Seymour, who spoke on a panel about reducing gun violence last month, said the media perpetuates a miscorrelation between mental health and gun violence. She said the volume of articles that discuss mental illness as a potential cause for shootings outnumbers ones covering people with mental illnesses as victims of violent crimes by a ratio of 13 to 1.

Barnes was invited to address a recent Conservatives for Guilford County meeting about a perceived federal threat to gun owners, but the sheriff said the group’s fears are misplaced. The tea party-inspired organization could not be reached for comment, but Barnes said members were worried the Obama administration intended to come and take people’s guns. Those fears are stoked by organizations seeking to profit off the hysteria, he said.

“It’s always followed by a request for money to help you continue the fight,” Barnes said. “It’s kind of like tilting at windmills — there’s no fight there yet.”

Barnes said he opposes “ill-conceived” federal legislation like the proposed assault weapons ban that is based on scoring points with constituents rather than reducing gun violence, adding that at least 81 percent of gun fatalities involved a handgun while under 8 percent were associated with a rifle of any kind.

“We’re talking about feel-good legislation here to say they did something,” Barnes said.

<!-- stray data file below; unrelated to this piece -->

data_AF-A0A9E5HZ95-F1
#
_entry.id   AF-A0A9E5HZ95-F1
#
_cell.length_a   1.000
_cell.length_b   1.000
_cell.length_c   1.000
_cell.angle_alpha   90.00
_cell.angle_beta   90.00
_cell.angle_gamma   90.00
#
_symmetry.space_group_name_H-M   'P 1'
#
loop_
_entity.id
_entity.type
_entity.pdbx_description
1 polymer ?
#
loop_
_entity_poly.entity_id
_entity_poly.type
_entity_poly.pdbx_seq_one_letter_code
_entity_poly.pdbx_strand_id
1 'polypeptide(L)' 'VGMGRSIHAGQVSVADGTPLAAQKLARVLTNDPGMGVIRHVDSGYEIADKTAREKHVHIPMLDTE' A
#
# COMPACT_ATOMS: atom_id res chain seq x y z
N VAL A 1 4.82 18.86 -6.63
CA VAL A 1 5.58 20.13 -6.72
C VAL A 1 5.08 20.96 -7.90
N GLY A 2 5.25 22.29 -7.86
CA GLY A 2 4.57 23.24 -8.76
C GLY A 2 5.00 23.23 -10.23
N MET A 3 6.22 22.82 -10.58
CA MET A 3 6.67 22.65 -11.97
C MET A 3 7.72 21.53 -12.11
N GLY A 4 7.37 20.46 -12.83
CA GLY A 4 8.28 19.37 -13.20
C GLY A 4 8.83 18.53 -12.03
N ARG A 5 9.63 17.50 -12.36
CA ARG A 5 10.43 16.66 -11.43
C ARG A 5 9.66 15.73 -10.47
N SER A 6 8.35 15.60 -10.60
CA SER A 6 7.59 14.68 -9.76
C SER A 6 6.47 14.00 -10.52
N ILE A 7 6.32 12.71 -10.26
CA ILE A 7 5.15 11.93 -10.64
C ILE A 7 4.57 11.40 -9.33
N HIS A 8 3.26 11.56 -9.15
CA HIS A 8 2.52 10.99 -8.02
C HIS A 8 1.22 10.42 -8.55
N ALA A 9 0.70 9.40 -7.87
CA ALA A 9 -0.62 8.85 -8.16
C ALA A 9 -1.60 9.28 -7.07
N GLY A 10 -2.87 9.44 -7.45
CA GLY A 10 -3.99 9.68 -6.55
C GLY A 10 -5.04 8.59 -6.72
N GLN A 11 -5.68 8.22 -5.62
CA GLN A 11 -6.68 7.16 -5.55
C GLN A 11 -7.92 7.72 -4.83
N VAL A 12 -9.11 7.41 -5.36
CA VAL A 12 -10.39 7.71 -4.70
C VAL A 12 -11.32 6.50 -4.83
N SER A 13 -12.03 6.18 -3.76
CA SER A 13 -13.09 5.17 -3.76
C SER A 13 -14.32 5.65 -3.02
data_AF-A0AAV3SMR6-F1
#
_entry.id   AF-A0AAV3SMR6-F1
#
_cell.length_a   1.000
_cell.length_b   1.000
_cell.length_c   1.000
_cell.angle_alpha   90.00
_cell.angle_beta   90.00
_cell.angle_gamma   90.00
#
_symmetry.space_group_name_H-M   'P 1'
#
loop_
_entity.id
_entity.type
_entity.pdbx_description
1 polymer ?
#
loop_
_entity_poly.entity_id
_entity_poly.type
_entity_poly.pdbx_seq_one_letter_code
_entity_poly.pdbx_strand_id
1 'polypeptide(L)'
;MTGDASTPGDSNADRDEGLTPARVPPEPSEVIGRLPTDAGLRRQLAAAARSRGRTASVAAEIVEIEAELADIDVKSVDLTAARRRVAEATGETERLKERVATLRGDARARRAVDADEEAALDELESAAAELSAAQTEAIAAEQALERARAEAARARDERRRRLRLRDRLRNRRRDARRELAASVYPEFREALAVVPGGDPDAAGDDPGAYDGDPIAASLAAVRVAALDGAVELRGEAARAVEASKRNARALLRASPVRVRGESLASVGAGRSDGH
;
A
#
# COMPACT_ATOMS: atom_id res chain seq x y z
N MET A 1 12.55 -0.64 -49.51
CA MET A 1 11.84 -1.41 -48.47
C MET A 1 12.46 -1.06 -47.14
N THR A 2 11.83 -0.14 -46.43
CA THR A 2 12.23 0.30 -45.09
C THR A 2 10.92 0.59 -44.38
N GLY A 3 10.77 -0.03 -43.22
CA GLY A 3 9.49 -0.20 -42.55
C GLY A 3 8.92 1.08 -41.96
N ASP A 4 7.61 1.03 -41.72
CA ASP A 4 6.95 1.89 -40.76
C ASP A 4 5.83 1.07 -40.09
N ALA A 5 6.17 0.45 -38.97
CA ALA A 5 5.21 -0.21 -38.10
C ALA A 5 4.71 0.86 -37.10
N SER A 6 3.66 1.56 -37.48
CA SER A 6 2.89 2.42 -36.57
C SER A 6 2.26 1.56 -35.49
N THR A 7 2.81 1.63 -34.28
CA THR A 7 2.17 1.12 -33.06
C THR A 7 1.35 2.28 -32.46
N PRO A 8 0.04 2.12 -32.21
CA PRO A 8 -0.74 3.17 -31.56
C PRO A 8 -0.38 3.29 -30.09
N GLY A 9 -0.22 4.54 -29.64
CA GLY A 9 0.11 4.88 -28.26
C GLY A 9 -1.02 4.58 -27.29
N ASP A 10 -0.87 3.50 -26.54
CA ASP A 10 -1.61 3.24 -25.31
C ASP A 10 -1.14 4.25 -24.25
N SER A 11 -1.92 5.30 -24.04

Like Hardister, Barnes said he has no problem with concealed carry in restaurants that serve alcohol as long as the holder wasn’t drinking and that the list of permit-holders should not be public record. Barnes and Hardister both said criminals could use the list for nefarious purposes, with Barnes saying people break into homes looking for guns, drugs and money. Neely, with North Carolinians Against Gun Violence, said there is no evidence that previously published lists led to targeted crimes against people who were or were not armed.

While Neely’s organization continues to push for policy on a state level and residents associated with Mayors Against Illegal Guns collect signatures and make phone calls to senators like Hagan, Landreth said organizations like his benefit from an unfocused opposition.

Gun enthusiasts will keep making calls and introducing legislation too, but as the weather warms they’ll take on small-scale changes and challenges as well.

Landreth will switch from shooting his winter weapon of choice to a smaller, summer firearm that his wife calls his “bikini gun,” he told a Republican woman as she turned in a membership check after his speech. On April 12, Republican Women’s Club members will join a “Girls with Guns” shooting competition, Sheriff Barnes’ wife Dena said at the club’s meeting. Enthusiastic exclamations arose from the audience as she announced the winner’s prize: a pistol with a pink handgrip.